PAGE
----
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Dear Friends – It is with a heavy heart that I offer my condolences to the entire McLuhan family to his wife Sabrina, his children Andrew, Emily and Anna and to his siblings Teri, Elizabeth, Stephanie, Mary and Michael. Eric will be missed by them as well as the entire Media Ecology community, Eric’s  extended family. Eric has been an inspiration to all of us for preserving the legacy of his father, Marshall, and for breaking new ground with his many insights as he expanded the corpus of the media ecology cannon, particularly the way in which he enriched the field with the expansion of the Laws of the Media and the notion of formal cause. I personally will miss my interactions with my friend, miss his interpretations, his insights, his kindness, his gentleness and his humour. Rest in peace Eric and thank you for enriching our lives – Bob Logan
______________________
Robert K. Logan
Prof. Emeritus – Physics – U. of Toronto
Fellow University of St. Michael’s College
Chief Scientist – sLab at OCAD

With some delay, posting below a message with Eric’s last written words grace a Alex Kuskis’, PhD listserv

NOTE To restore Eric McLuhan’s online guestbook with a donation, go to: https://www.legacy.com/guestbooks/thestar/eric-marshall-mcluhan-thomas-sponsor-guestbook/189085044?
__________________________
Date: Tue, Jun 5, 2018 at 12:30 AM
Subject: Andrew Mcluhan 2 June 2018 On Eric McLuhan’s ‘Media Ecology in the 21st Century

[Eric McLuhan’s last speech, ‘Media Ecology in the 21st Century,’ was delivered at El Nogal in Bogotá, Colombia, on May 17th 2018. He died, suddenly, the following afternoon. The following remarks were written to introduce that speech when it’s published along with the speeches which Lance Strate and Sergio Roncallo-Dow gave that evening.]

ME21 — Introduction

Asked to travel to Bogotá, Colombia, to give an opening address at the Universidad de la Sabana’s launch of their doctorate program in communication, Eric McLuhan used the opportunity to make some comments regarding what he felt needed immediate (and overdue) attention in the area of media ecology, and to offer some advice to people wading into that field of study. He felt that those just starting out, especially as they are in Colombia, removed from what now constitutes a tradition in North America, have a great opportunity to make a fresh start; to avoid some of the pitfalls and mistakes; to begin again.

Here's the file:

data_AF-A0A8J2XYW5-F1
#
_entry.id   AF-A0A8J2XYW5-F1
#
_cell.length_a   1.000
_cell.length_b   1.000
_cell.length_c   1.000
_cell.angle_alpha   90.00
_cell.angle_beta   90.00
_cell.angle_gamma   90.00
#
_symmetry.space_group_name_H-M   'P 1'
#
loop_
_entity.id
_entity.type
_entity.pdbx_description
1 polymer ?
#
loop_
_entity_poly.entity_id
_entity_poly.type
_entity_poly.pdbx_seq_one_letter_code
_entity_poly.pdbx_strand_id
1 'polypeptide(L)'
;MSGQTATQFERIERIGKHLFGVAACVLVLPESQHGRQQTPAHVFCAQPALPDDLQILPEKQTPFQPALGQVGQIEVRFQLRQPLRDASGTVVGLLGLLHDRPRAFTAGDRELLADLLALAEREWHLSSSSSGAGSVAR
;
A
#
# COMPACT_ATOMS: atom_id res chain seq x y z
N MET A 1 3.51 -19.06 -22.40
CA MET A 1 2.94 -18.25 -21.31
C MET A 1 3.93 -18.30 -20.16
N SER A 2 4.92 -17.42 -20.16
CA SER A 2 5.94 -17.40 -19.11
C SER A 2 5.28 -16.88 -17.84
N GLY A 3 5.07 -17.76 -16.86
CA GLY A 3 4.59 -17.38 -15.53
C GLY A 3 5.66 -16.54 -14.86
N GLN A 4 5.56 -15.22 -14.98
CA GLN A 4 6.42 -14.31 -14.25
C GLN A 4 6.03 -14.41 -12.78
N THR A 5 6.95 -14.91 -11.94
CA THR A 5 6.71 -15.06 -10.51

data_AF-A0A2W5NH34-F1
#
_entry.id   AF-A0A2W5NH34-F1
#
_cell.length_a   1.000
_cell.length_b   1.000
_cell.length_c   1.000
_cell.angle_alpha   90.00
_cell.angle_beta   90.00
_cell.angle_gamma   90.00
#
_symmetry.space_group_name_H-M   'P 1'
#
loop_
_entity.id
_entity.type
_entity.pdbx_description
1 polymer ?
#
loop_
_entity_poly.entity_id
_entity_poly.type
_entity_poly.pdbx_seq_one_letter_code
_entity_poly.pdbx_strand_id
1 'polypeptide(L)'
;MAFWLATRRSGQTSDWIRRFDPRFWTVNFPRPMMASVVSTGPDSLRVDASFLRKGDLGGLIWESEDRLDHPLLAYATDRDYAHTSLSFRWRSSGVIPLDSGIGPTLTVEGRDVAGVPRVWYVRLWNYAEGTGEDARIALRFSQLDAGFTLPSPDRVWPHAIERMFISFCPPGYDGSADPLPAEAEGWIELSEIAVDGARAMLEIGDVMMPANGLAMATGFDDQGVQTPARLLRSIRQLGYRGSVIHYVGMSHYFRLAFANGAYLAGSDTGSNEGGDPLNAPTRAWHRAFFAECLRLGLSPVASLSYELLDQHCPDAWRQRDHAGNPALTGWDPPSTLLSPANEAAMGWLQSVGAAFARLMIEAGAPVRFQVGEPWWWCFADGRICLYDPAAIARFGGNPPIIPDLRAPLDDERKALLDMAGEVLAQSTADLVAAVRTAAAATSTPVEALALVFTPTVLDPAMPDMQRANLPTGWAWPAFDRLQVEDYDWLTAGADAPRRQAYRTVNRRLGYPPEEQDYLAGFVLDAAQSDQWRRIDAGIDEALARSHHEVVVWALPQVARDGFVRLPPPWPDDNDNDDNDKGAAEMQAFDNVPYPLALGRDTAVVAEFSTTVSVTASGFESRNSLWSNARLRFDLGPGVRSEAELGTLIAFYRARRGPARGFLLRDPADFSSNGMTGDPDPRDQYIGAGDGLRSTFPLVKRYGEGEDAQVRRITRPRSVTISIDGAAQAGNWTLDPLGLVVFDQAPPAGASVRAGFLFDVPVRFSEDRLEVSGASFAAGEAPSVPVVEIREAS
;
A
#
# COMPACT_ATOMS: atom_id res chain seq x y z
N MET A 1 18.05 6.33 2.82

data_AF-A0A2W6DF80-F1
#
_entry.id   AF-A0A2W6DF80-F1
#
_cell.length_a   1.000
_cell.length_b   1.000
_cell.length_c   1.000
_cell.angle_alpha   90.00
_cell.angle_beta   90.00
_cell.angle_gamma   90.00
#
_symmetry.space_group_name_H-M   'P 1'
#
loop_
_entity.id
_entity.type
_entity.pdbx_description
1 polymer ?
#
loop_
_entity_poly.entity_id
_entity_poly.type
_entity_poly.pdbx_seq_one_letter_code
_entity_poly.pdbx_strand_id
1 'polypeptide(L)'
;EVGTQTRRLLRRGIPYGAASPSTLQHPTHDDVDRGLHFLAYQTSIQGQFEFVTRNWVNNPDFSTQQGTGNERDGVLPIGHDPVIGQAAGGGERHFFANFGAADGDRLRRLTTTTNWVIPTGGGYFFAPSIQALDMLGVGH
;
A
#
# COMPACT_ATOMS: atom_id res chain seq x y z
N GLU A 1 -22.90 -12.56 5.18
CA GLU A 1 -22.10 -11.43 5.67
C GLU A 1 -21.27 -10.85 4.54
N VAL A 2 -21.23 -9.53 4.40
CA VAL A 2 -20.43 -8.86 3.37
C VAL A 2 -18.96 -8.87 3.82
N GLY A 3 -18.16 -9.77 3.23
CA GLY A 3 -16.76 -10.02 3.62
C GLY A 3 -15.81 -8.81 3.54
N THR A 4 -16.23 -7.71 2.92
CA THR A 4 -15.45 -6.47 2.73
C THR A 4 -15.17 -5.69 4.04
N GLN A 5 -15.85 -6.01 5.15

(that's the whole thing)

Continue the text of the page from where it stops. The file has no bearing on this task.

Eric McLuhan was there when the idea of media ecology was born. Indeed, he maintained that he came up with the term while in New York City in 1967–68 helping his father Marshall McLuhan as he taught at Fordham, and that Neil Postman “ran with it.”

In the McLuhan school of media ecology, it is not simply an area of study, but an area of action, and this is what Eric wanted to get across in his speech. We have to be more than observers, we have to be agents of change. It’s been more than 50 years. Enough talk, time to act.

This activist stance, taken seriously — as it is meant to be taken — is not popular. It’s radical. It requires great changes in various cultures’ attitudes and habits, and it means significant reduction of profits for technology companies and their shareholders. That is some of what we’re up against.

In a letter dated May 6, 1969, Marshall McLuhan wrote to Jacques Maritain:

“There is a deep-seated repugnance in the human breast against understanding the processes in which we are involved. Such understanding involves far too much responsibility for our actions. … Since we are doing these things to ourselves, there is no earthly reason for submitting to them unconsciously or irrationally.”[1]
My father was becoming bold in his statements. A devout and life-long Catholic, he was more willing to speak in public about his faith, especially as it related to his work. He had, in the last year or two since the publication of The Sensus Communis, Synesthesia and the Soul (BPS Books, 2015) spoken publicly a few times about his ideas for a ‘Catholic theory of communication,’ particularly when we traveled to Saskatoon where he gave the Keenan lecture at St. Thomas More College, University of Saskatoon, in November 2017.[2]
I had been traveling with my father for the last ten years or so. Because of his at-times fragile health, he needed someone with him who could assist in an emergency. It was during these trips that I began to get interested in ‘the family business,’ as it were. Hearing him talk, and in our own conversations during travel, I began to get an understanding of what it was all about. Understanding is addictive. My interest was cemented when I spent almost two years documenting and inventorying Marshall McLuhan’s personal library prior to its relocation to the Fisher Rare Book Library at the University of Toronto.[3]

Because of Eric’s advancing age and increasing difficulty with travel — he was 76 years old, and I had started to wheel him through airports in a wheelchair because he couldn’t walk very long distances — we had decided he would retire from traveling to speak in 2018. We had already committed to two engagements this year, Colombia and Germany[4], and decided to keep them.

In the tragedy and shock of my father’s death On Friday, May 18th while we were in Colombia, there was a surprising amount of beauty.